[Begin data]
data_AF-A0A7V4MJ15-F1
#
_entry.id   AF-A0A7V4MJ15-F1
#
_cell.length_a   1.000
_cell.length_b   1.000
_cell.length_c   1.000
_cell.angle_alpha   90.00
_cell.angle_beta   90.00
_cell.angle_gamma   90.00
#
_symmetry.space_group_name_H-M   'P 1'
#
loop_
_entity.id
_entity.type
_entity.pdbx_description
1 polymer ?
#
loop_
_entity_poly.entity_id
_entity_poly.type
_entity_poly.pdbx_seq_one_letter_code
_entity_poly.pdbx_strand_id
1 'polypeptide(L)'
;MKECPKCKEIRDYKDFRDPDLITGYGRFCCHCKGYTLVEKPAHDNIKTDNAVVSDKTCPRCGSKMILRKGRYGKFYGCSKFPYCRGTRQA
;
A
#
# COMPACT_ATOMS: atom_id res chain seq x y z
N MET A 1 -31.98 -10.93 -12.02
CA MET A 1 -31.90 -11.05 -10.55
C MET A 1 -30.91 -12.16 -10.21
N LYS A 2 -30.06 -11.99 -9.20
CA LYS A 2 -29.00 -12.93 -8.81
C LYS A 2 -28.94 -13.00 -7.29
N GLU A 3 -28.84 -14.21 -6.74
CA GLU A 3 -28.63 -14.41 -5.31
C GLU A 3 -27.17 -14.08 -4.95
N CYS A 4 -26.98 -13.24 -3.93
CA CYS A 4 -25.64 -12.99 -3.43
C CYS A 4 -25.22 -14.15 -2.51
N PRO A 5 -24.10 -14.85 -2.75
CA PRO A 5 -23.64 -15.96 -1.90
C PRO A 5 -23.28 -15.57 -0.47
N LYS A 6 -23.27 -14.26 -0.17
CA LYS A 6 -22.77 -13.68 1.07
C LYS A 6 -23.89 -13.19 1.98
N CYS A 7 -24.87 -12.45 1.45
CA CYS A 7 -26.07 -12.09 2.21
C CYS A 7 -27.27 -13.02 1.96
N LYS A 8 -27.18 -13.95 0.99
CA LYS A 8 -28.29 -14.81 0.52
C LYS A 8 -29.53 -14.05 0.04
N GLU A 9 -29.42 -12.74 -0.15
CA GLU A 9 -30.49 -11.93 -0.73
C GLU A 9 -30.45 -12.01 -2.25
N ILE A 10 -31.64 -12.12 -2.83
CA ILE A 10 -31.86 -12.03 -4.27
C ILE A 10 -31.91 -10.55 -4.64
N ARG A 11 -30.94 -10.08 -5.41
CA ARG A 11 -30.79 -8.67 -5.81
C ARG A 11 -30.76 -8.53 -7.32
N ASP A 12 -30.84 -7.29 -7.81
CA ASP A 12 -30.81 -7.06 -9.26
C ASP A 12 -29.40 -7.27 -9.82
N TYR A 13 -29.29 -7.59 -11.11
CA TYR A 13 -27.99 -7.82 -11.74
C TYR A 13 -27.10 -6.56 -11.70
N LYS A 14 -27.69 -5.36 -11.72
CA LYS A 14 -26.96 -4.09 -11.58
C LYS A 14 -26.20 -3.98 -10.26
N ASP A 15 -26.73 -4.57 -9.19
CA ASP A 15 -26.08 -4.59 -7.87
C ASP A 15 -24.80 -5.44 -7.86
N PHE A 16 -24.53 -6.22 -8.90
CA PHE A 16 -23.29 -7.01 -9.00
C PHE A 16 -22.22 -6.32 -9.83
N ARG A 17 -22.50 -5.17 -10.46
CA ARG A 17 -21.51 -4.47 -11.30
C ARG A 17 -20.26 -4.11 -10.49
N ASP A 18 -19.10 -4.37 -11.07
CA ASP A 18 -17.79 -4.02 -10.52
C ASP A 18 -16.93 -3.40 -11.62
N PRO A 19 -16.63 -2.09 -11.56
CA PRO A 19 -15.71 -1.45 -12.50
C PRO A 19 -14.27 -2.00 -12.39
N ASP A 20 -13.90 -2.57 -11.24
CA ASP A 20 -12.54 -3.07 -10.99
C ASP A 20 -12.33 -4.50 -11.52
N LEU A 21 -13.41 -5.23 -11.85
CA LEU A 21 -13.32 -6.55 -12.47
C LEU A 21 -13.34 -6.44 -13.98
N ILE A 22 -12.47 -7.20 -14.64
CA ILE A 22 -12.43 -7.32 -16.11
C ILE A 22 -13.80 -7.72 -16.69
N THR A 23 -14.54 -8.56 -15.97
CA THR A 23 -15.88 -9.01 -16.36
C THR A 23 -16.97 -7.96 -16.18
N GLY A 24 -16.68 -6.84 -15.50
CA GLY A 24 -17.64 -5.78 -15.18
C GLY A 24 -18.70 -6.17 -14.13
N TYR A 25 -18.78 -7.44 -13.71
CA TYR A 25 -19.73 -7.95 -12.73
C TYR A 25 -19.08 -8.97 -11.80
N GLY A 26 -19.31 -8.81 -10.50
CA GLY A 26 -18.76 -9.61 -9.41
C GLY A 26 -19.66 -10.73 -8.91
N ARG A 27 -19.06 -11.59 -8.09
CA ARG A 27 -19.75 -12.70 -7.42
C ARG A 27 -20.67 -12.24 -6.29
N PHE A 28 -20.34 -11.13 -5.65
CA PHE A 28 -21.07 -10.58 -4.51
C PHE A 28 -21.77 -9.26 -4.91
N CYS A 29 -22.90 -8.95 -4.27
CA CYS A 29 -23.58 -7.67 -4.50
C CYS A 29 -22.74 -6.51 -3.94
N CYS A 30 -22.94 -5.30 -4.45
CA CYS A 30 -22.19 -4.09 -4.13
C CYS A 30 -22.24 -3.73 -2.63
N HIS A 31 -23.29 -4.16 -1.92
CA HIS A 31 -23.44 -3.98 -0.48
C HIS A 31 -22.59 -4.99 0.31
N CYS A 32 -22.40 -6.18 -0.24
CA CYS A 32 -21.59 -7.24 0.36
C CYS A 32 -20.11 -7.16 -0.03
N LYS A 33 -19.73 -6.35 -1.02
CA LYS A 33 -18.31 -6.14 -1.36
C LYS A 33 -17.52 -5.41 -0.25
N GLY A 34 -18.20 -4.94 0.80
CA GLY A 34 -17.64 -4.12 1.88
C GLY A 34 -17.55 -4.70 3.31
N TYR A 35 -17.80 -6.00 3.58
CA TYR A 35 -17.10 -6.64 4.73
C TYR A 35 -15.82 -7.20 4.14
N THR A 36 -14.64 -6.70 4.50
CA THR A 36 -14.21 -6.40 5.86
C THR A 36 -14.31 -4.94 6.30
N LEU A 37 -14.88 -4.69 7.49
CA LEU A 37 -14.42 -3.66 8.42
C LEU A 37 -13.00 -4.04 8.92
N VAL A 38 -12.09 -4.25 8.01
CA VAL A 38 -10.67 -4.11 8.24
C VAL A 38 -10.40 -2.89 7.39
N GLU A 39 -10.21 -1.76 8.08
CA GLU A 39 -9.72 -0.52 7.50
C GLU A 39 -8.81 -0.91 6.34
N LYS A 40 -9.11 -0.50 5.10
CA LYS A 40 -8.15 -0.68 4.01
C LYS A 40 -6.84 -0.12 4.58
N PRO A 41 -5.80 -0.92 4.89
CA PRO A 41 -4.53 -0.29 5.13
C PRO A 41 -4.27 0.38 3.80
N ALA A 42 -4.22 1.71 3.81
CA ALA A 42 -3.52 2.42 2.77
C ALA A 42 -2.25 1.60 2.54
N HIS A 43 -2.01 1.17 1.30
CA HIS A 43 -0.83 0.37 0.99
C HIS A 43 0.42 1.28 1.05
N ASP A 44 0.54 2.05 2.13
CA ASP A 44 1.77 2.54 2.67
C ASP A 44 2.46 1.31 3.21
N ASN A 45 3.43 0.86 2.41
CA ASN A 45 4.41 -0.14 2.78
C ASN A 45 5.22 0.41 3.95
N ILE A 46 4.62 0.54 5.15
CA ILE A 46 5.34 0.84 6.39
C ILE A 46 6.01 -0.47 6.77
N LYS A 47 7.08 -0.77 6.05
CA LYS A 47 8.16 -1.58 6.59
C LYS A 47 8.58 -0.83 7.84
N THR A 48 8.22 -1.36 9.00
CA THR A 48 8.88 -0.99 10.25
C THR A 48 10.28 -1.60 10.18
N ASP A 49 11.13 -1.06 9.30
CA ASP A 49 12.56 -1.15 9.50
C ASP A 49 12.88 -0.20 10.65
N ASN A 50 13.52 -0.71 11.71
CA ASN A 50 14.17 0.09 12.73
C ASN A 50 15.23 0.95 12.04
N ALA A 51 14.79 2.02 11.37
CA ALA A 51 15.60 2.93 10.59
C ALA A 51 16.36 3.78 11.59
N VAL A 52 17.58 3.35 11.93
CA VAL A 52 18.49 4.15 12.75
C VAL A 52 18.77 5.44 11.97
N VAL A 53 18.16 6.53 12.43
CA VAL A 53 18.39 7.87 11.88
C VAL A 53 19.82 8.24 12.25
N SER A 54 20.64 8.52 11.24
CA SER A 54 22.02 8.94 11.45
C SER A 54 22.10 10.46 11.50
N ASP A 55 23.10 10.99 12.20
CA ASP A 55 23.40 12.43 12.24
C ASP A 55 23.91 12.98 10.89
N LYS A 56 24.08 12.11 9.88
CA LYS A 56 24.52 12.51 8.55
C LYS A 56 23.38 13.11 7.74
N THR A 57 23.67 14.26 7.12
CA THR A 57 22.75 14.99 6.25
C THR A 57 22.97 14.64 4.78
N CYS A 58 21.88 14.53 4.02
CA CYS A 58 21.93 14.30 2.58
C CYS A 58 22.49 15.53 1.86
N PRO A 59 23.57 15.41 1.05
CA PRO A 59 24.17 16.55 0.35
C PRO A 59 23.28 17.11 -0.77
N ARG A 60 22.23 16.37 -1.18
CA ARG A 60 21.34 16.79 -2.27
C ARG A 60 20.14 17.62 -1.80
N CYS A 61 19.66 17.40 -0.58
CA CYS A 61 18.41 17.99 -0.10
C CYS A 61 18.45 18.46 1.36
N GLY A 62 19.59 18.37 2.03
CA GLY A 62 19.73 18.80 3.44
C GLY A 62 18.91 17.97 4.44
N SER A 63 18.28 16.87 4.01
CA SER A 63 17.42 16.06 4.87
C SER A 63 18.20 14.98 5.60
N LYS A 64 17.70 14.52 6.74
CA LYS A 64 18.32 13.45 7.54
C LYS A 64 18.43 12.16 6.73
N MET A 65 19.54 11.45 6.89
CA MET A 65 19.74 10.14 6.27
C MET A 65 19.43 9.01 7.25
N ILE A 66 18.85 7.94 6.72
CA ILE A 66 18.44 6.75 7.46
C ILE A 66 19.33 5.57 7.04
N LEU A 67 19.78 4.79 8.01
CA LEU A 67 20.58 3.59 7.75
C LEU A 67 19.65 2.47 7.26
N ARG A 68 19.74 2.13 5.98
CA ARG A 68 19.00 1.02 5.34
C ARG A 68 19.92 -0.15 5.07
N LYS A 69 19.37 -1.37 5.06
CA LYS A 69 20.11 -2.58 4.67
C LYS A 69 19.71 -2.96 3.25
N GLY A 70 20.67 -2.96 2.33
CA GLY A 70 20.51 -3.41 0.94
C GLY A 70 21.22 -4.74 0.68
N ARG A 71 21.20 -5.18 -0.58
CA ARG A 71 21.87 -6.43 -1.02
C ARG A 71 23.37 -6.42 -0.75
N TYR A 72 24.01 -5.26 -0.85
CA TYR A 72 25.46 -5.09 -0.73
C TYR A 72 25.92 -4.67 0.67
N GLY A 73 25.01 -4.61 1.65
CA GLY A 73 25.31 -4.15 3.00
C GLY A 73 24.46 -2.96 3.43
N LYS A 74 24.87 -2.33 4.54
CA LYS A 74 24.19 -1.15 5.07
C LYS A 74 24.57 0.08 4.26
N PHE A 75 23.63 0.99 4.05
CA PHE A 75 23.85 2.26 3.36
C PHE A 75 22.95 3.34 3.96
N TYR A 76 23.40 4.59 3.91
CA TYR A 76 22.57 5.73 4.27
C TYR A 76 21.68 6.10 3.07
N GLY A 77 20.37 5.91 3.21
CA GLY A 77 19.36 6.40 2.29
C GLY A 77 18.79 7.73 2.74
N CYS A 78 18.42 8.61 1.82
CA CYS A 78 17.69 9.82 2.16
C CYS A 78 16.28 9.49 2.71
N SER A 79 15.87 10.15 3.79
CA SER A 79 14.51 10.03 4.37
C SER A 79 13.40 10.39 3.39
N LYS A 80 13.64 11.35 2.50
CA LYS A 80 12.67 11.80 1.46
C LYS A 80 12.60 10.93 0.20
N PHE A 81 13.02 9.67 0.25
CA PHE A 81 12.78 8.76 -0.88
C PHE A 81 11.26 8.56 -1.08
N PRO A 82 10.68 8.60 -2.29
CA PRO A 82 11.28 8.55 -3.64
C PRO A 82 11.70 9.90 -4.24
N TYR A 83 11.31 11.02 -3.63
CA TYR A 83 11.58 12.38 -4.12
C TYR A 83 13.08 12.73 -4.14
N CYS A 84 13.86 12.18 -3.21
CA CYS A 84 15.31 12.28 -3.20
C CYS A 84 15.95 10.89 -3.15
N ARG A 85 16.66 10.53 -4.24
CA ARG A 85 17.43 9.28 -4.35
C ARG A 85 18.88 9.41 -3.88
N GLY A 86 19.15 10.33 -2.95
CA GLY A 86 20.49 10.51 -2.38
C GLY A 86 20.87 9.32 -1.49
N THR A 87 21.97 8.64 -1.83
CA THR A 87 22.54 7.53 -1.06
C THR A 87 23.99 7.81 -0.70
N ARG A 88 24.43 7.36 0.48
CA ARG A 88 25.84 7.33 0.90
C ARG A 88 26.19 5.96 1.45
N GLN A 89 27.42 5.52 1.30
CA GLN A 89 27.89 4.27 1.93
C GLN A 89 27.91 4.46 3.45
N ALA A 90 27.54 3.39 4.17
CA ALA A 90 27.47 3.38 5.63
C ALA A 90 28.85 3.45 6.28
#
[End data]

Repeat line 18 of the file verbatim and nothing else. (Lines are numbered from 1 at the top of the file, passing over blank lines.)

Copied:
1 polymer ?